Psalms 54


לַמְנַצֵּחַ בִּנְגִינֹת מַשְׂכִּיל לְדָוִד׃   54:1

Psal. 54:1   A poem of David's for the leader with music of strings,

בְּבֹוא הַזִּיפִים וַיֹּאמְרוּ לְשָׁאוּל הֲלֹא דָוִד מִסְתַּתֵּר עִמָּנוּ׃   54:2

Psal. 54:2   on the coming of the Ziphites when they said to Saul, “Is David not hiding with us?”

The reference is to be found in 1Sam. 23:19.

אֱלֹהִים בְּשִׁמְךָ הֹושִׁיעֵנִי וּבִגְבוּרָתְךָ תְדִינֵנִי׃   54:3

Psal. 54:3   O God, because of Your name, save me,

                               as You would judge me with Your might.

אֱלֹהִים שְׁמַע תְּפִלָּתִי הַאֲזִינָה לְאִמְרֵי־פִי׃   54:4

Psal. 54:4   O God, hear my prayer;

                                listen to the words of my mouth.

כִּי זָרִים קָמוּ עָלַי וְעָרִיצִים בִּקְשׁוּ נַפְשִׁי לֹא שָׂמוּ אֱלֹהִים לְנֶגְדָּם סֶלָה׃   54:5

Psal. 54:5   For strangers have arisen against me

                               and ruthless ones seek my soul;

                      they do not set God before them.            Selah.

The mention of strangers here is a bit puzzling, as the term normally applies to foreigners.  Some believe it refers to the Ziphites mentioned in v. 2 above.  Others suppose it conflicts with the reference in v. 2 altogether, thinking it was added later by someone unknown.  I think the term strangers refers to enemies of David’s whom he denigrates by referring to them in this manner.  As far as I’m concerned, the strangers and the ruthless ones are the same people, as such is frequently the case in biblical poetry.

הִנֵּה אֱלֹהִים עֹזֵר לִי אֲדֹנָי בְּסֹמְכֵי נַפְשִׁי׃   54:5

Psal. 54:6   Behold, God is my Helper;

                               My Master is as the supporters of my soul.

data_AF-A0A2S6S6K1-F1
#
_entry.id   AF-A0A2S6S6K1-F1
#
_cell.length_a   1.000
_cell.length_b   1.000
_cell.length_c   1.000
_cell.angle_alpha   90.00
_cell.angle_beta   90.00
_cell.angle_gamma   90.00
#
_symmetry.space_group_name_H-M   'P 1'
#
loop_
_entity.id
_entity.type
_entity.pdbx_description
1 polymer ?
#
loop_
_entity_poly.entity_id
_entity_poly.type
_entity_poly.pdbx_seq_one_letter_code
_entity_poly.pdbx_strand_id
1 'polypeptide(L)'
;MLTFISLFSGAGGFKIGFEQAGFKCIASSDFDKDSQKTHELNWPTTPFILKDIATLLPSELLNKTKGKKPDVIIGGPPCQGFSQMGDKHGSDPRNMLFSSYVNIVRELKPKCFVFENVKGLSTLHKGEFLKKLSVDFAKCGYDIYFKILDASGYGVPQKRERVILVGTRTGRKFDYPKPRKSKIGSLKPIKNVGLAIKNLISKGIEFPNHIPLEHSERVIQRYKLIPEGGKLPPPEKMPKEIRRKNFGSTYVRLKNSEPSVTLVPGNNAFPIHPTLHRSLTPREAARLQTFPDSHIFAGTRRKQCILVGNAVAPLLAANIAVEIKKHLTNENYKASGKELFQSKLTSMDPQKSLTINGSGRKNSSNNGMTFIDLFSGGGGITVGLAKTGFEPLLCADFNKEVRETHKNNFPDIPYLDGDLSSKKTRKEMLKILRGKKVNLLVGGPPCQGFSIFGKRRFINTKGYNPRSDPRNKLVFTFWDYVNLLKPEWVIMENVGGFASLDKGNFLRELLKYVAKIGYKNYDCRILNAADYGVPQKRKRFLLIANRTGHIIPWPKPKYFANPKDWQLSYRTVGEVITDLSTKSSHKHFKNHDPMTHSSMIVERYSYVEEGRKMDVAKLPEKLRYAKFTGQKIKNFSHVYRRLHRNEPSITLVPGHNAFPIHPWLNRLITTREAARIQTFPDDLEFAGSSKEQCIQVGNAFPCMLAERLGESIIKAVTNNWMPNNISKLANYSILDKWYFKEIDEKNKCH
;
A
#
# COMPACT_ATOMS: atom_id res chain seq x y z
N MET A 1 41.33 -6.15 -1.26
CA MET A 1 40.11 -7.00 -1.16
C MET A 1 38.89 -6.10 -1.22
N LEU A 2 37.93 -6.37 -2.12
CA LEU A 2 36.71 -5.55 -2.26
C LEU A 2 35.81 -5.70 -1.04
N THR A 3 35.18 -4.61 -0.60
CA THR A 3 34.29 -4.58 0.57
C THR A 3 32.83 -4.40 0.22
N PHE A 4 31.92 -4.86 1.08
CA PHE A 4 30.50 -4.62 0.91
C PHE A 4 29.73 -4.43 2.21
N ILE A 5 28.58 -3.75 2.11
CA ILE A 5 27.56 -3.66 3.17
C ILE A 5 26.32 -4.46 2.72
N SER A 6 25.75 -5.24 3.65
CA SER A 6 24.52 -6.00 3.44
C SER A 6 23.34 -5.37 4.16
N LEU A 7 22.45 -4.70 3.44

The word that means supporters in the phrase is as the supporters of my soul seems peculiar.  In other translations the phrase is found in the singular with the word as missing, is the Supporter of my soul.  The Hebrew doesn’t say that; it says the words I have translated (the phrase could also be translated as is with the supporters of my soul).  The meaning may be that David’s supporters are to him as if they were the Lord’s helpers.  But David seldom, if ever, puts people on God’s level, so I doubt this meaning is correct.  The yad at the end of the next-to-last Hebrew  word makes the word plural, so it’s necessary to translate it as supporters to be accurate.  Thus the yad may be an error, which is highly unlikely (because the caph, the fourth letter, is not in its final letter form), and we still have to consider the beth prefix of the word, which needs to be translated as something like as or with.  This is a troubling puzzle that remains unsolved.

יָשֹׁוב) [יָשִׁיב] הָרַע לְשֹׁרְרָי בַּאֲמִתְּךָ הַצְמִיתֵם׃   54:6

Psal. 54:7   Let Him return this evil to my enemies.

                               In Your faithfulness put an end to them.

בִּנְדָבָה אֶזְבְּחָה־לָּךְ אֹודֶה שִּׁמְךָ יְהוָה כִּי־טֹוב׃   54:7

Psal. 54:8   I will sacrifice to You with a free-will offering;

                               I will give thanks to Your name, Lord, for it is good.

כִּי מִכָּל־צָרָה הִצִּילָנִי וּבְאֹיְבַי רָאֲתָה עֵינִי׃   54:8

Psal. 54:9   For He delivers me from every trouble,

                              as my eye looks on my enemies.


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